If you’re just going to talk about yourself: Until you get it through your head that marketing should always be about, for and in the voice of the consumer, you might as well not waste your money or time. They only care about us in the context of their work or their life. If you can’t frame your marketing to help them understand how you can enhance some aspect of their world, don’t bother.

That’s not to say you never mention what it is you sell. But marketing is about gaining their interest and their trust. That’s accomplished through being helpful, not through selling. They’ll let you know when they’re ready to shift the conversation to sales.

Marketing is something you should do every day but that doesn’t mean every possible tactic is a good choice. Watch for these red flags to avoid spinning your wheels for nothing.

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Help – my digital display ads aren’t working

February 22, 2017

Digital Display Ads

I recently got an email from a reader who was struggling with their digital display ads. They were underperforming and the business owner was considering pulling the ads.

Here’s what I said back to her.

Thanks for your email and the stats on your digital ads. You’re right, based on industry standards, your click-through rate of less than .1% is not within the gold standard of an effective campaign.

Before I dig into some of the reasons why your ads may be underperforming, remember that click-through is just one metric used to measure the effectiveness of a digital ad campaign.

With any rich media that includes brand creative, engagement rates are just one aspect of the ad’s success or failure. Many companies view their digital display ads as being a tool to drive brand awareness as well as a direct response vehicle. Unfortunately, it’s tough to measure that sort of uptick in brand awareness, which is why most people default to their click-through rates.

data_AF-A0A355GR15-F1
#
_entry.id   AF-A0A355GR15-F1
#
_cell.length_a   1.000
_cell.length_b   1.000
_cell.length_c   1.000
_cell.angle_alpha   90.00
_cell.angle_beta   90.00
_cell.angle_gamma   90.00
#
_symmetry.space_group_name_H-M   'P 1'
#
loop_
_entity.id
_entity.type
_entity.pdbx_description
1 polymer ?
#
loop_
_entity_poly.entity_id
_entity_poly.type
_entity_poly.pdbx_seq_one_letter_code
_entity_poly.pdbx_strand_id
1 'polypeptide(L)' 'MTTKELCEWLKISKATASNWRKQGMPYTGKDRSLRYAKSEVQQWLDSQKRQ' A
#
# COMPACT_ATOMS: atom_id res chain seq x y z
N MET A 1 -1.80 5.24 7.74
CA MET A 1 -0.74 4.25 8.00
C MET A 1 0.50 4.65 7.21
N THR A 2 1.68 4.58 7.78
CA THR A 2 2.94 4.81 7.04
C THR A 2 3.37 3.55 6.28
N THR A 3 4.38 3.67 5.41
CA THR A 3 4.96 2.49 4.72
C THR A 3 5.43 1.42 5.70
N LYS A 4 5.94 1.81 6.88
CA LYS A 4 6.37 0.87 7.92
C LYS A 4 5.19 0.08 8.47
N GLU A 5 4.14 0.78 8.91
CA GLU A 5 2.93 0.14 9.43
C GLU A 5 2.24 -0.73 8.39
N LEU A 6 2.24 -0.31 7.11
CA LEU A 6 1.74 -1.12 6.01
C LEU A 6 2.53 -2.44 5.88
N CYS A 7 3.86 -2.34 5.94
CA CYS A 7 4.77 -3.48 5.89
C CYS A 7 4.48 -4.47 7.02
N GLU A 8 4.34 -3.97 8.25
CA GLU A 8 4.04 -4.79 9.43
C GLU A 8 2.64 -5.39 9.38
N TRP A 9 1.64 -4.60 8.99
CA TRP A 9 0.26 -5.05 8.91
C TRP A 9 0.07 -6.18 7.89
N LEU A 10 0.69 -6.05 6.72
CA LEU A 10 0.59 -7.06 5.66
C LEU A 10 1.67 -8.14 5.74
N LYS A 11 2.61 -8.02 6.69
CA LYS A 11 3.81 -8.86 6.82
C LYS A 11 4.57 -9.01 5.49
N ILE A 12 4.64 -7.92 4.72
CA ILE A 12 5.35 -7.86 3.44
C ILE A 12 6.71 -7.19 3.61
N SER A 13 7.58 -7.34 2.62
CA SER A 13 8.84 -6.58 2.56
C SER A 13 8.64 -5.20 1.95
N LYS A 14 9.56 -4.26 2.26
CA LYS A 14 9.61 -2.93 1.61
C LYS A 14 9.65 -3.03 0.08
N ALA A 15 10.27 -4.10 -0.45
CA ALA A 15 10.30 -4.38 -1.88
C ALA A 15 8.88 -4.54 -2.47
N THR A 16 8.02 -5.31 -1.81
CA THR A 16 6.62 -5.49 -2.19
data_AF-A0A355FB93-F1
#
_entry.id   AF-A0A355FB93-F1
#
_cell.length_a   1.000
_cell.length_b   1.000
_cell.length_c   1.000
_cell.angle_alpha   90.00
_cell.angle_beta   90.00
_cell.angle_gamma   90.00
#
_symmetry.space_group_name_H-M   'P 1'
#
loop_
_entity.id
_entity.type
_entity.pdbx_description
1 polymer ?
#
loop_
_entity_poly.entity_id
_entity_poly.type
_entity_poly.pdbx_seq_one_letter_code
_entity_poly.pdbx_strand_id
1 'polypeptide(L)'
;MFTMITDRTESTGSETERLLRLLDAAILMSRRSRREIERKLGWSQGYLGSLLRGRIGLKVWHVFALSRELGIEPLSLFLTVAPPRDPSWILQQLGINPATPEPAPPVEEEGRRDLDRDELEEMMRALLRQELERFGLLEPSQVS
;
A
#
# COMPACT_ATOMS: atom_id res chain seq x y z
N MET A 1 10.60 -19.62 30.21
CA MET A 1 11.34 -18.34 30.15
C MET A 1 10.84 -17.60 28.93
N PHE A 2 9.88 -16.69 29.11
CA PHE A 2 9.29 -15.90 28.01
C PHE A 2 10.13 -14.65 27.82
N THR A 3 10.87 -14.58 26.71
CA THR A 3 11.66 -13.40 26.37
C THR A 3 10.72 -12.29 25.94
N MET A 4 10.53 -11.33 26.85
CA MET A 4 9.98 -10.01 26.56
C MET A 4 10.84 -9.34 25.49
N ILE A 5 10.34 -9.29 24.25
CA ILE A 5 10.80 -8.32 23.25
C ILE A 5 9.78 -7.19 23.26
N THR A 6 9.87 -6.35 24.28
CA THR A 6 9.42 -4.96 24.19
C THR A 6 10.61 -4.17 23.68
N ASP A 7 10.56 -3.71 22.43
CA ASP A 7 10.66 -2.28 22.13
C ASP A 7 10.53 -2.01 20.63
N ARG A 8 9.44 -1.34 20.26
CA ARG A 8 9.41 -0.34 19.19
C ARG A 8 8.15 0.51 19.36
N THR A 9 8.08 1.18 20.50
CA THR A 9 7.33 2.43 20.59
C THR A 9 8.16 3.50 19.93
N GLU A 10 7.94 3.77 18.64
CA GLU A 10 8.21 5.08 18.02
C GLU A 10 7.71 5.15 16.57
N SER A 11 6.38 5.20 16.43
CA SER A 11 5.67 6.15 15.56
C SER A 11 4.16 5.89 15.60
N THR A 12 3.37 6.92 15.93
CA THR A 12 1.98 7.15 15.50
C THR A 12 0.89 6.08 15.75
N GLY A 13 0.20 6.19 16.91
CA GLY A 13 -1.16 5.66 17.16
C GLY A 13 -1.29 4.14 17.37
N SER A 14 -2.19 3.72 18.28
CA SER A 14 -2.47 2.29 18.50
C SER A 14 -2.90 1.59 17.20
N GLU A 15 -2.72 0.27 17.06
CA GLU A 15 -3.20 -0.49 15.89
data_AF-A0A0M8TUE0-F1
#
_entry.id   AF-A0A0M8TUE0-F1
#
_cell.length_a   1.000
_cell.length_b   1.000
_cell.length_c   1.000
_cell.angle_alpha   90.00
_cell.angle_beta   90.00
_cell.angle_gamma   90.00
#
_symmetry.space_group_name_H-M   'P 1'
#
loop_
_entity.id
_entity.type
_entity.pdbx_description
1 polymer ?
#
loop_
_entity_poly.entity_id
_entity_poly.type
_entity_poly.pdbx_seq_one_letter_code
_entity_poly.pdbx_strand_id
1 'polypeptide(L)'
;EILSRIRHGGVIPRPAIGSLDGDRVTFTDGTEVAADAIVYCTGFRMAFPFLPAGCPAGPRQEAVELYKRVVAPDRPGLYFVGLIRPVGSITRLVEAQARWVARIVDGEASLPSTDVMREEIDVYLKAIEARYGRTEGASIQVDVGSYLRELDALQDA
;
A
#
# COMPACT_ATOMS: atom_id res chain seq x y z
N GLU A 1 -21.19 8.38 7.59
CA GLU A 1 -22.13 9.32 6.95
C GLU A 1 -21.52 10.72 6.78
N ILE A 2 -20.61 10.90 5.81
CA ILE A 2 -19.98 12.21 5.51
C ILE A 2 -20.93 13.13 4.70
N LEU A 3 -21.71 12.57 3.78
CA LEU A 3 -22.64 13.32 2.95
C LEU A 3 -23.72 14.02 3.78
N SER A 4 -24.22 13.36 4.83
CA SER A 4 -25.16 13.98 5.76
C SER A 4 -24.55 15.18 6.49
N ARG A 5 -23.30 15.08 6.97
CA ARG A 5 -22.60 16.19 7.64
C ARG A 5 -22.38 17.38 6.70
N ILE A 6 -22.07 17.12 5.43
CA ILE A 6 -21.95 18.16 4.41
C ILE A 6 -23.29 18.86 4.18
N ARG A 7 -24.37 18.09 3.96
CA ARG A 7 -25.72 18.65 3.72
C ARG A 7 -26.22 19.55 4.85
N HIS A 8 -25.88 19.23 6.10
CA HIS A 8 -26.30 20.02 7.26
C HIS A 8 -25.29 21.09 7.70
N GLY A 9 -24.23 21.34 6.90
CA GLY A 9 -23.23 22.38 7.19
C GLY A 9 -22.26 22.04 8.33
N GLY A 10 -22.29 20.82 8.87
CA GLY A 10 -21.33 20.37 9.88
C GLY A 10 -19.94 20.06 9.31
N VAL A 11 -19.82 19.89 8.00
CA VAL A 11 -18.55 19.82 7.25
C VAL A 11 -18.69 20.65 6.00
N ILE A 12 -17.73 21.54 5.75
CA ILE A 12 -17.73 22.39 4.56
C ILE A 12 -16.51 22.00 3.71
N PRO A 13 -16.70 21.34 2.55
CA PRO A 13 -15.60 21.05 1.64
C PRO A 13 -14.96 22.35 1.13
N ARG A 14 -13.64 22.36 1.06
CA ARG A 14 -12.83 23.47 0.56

You also need to recognize that there are lots of ways a person can find your business without clicking on your display ad at that given moment. Think about your own behavior. I’m sure there was a time you saw a banner ad that caught your interest but instead of clicking on the ad, you did a search for the company or product in your favorite search engine, or just typed the company’s URL directly into your web browser.  The ad you saw made an impression on you and got you to take an action. You might have seen that ad on the same day but probably not. When it was convenient for you or your need escalated and you were ready to buy, you found the company and became a customer.

The importance of seeing your ads becomes even greater when we start talking about retargeting. If someone has already been to your site and then they start seeing your ads, the likelihood of them returning to your site is greatly increased.

But I do want to address your question. Assuming the main reason you’re running digital display ads is to trigger an immediate action, here are some reasons why your campaign is underperforming.

Bad creative: Regardless of the medium, creative matters. If your ads are not visually arresting, if your message is not attention grabbing or if your visuals are boring – you’ve got trouble.

Too many words: Many people cram too much into a digital ad. You need to think of it like an outdoor board. Depending on the size — seven to ten words at the most is a good rule of thumb.

Wrong websites/audience: It’s easy to place digital ads. It’s not always easy to place them in the right spots. If you can afford it – let a professional help you.

Bad offer: Keep in mind, your ad needs to offer the viewer something so compelling that I am going to stop whatever I am on the web/mobile to do and click. So it can’t be subtle, boring or unimpressive. You are trying to literally stop me in my tracks and get me to change direction. That takes oomph.

No call to action: Give me a reason to click. Offer me a free ebook, free trial, 20% off or something. If your ad doesn’t tell me what my reward is for clicking on it, odds are I’m not going to unless I was already actively looking for whatever you sell.

Digital display ads are often a very cost effective tool in your marketing arsenal. But like most tactics – there are some best practices you need to follow if you want to enjoy a healthy ROI on your investment.

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Year-end charitable giving

December 14, 2016

year-end charitable giving

Is that your hand in my pocket?  Every holiday season my mailbox is stuffed and my phone is ringing off the hook. Alas, the increase in activity is not just holiday greetings – it’s mostly people asking me for money. It’s time for the year-end charitable giving appeals.